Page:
Term Time Holiday Ban Won't Be Relaxed In North Yorkshire, York Or East Riding
7:31am 9th October 2013
(Updated 7:33am 9th October 2013)
There is no chance of rules on term time holidays in North Yorkshire, York and the East Riding being relaxed.
A newspaper report suggested Leeds Council was considering not fining parents who take their kids out of school for five days.
But it has told Minster FM what it meant was schools would deal with the problem at first, before the council would take legal action.
North Yorkshire, York and East Riding Council have all said their rules are unchanged. Term time holiday will only be granted in exceptional circumstances.
Those parents who take their kids of school in term time face getting a £60 fine.
Mark Smith, Schools Adviser: Attendance and Integrated Working , City of York Council, said: “The DfE guidance to headteachers states that leave of absence should only be authorised in exceptional circumstances. We work with parents and teachers to maintain good levels of attendance in York schools, ensuring that unauthorised absences are kept to a minimum and that children get the high quality education to which they are entitled."
In a letter sent to parents in North Yorkshire, Pete Dwyer, the Corporate Director - Children and Young People's Services explains the rules; "The Department for Education requires Local Authorities to implement government amendments to the regulations regarding the taking of Leave of Absence in term-time, which will come into force on the 1st September 2013. The new law gives no entitlement to parents to take their child on holiday during term time.
"Headteachers would not be expected to class any term time holiday as exceptional. Therefore Headteachers will only be able to grant leave of absence in exceptional circumstances and this will still be at the discretion of the Headteacher.
"No parent/carer can demand leave of absence as of right. The Education Regulations state that applications must be made in advance by a parent/carer with whom the child lives and can only be authorised by the school in exceptional circumstances. Each leave application is considered individually by the school taking into account any factors presented by the family.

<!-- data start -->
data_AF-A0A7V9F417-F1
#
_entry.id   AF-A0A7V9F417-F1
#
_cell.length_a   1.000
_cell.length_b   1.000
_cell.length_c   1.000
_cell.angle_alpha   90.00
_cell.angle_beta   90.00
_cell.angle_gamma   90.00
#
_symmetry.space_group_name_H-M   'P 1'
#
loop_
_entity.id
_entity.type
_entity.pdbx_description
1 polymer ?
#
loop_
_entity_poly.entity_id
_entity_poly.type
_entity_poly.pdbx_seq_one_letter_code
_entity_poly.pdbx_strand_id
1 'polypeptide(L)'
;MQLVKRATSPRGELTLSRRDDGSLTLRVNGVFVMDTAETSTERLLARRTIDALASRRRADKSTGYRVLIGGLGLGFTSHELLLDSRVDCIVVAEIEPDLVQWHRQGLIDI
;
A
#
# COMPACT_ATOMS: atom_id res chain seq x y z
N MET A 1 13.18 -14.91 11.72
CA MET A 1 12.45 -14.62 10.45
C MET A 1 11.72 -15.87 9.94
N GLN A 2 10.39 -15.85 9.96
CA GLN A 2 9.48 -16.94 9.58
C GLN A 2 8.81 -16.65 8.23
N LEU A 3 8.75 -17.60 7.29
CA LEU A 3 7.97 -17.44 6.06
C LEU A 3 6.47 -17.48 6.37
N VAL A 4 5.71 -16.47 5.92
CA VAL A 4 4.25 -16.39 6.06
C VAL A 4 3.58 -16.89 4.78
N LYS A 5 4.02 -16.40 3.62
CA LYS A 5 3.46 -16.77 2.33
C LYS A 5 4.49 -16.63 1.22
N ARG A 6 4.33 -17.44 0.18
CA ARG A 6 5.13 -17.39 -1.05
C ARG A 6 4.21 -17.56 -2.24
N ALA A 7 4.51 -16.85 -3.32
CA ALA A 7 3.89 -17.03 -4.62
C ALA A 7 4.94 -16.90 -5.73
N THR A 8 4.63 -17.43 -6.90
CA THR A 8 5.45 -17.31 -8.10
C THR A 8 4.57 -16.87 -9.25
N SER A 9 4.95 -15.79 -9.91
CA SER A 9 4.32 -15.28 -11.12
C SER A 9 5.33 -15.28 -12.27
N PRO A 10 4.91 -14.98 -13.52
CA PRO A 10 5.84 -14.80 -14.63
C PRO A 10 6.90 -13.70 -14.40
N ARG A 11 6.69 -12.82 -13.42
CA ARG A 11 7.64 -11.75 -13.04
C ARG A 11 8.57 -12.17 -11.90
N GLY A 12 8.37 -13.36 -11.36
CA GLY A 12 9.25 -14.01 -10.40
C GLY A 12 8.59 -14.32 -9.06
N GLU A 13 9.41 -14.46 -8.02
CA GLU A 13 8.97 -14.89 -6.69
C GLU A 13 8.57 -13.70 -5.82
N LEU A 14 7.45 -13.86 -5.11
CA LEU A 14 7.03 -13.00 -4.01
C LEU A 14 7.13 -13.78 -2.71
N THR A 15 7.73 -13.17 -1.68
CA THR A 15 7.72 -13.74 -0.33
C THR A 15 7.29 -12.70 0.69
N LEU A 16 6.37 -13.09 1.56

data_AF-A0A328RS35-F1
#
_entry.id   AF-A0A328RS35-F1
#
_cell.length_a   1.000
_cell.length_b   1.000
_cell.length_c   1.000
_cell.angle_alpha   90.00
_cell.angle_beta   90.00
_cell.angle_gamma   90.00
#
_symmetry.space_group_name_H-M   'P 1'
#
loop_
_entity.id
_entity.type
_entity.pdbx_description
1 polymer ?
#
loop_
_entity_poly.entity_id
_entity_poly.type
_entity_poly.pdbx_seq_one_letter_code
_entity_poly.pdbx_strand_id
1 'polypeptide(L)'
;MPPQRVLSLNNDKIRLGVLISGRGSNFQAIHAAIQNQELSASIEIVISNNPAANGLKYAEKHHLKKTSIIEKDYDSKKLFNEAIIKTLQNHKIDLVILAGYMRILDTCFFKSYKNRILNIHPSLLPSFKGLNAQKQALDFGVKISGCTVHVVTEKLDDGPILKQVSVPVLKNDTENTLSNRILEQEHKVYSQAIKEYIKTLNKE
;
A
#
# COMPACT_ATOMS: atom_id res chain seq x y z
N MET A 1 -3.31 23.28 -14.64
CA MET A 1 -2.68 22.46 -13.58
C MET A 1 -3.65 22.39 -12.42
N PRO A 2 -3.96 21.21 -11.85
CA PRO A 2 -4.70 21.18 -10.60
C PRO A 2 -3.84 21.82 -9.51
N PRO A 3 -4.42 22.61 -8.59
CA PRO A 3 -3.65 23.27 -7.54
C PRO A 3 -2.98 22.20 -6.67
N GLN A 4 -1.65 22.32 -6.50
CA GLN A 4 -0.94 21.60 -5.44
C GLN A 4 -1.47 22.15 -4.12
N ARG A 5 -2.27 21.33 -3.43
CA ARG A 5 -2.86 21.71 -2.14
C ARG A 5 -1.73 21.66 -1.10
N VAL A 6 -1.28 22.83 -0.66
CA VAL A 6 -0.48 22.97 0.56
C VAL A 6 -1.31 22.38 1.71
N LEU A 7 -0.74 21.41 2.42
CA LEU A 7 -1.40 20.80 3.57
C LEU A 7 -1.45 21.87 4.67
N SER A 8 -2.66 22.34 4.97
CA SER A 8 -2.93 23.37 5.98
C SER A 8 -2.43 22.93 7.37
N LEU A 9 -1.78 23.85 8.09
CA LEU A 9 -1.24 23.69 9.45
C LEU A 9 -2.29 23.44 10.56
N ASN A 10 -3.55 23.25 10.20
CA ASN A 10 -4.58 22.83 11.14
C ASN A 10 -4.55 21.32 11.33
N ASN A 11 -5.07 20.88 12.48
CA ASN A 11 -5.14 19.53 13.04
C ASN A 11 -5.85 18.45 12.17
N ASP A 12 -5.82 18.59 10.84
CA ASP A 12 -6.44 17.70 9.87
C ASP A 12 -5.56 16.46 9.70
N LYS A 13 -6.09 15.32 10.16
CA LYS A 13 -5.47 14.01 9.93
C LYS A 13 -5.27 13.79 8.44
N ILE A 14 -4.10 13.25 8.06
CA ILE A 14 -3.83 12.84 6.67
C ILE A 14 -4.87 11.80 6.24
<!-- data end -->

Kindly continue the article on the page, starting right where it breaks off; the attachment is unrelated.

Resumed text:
"Application forms are available from your child’s school. Headteachers will also welcome early discussion with you around potential applications.
"The following are examples of the criteria for leave of absence, which may be considered as ‘exceptional’:
- Service personnel returning from active deployment
- Where inflexibility of the parents’ leave or working arrangement is part of the organisational or company policy. This would need to be evidenced by the production or confirmation from the organisation/company
- Where leave is recommended as part of a parents’ or child’s rehabilitation from medical or emotional problems. Evidence must be provided.
- When a family needs to spend time together to support each other during or after a crisis
"This is not an exhaustive list and Headteachers must consider the individual circumstances of each case when making a decision on this matter. Leave is only acceptable against exceptional circumstances and should not be granted on the basis of attendance record, academic performance or the ‘experience’ offered by being out of school. Where a headteacher feels that there may be exceptional circumstances which does not fit the criteria, they may refer to the local authority for advice. The decision of the Headteacher is, however, final."
Pete Dwyer also says: "Please note that the ability to access a reduced cost of a holiday does not constitute an exceptional circumstance.
"Where a child is taken out of school for the purpose of leave of absence in term time without the permission of the school, the absence will be coded as unauthorised and as such may result in a Penalty Notice. Penalties are applied by the Local Authority and as such are not at the discretion of the headteacher. If a Penalty Notice is not paid, the matter may be taken to prosecution in the Magistrates Court.
"Amendments to 2007 Penalty Notice regulations will reduce the timescales for paying a penalty notice. Parents must, from 1st September 2013, pay £60 within 21 days or £120 within 28 days. This brings attendance penalty notices in line with other types of penalty notices and allows local authorities to act faster on prosecution if the fine is not paid.
"Whilst this letter simply explains change arising nationally, I would reiterate that taking a pupil on leave during term time interrupts teaching and learning and can disrupt your child’s educational progress", says Mr Dwyer.
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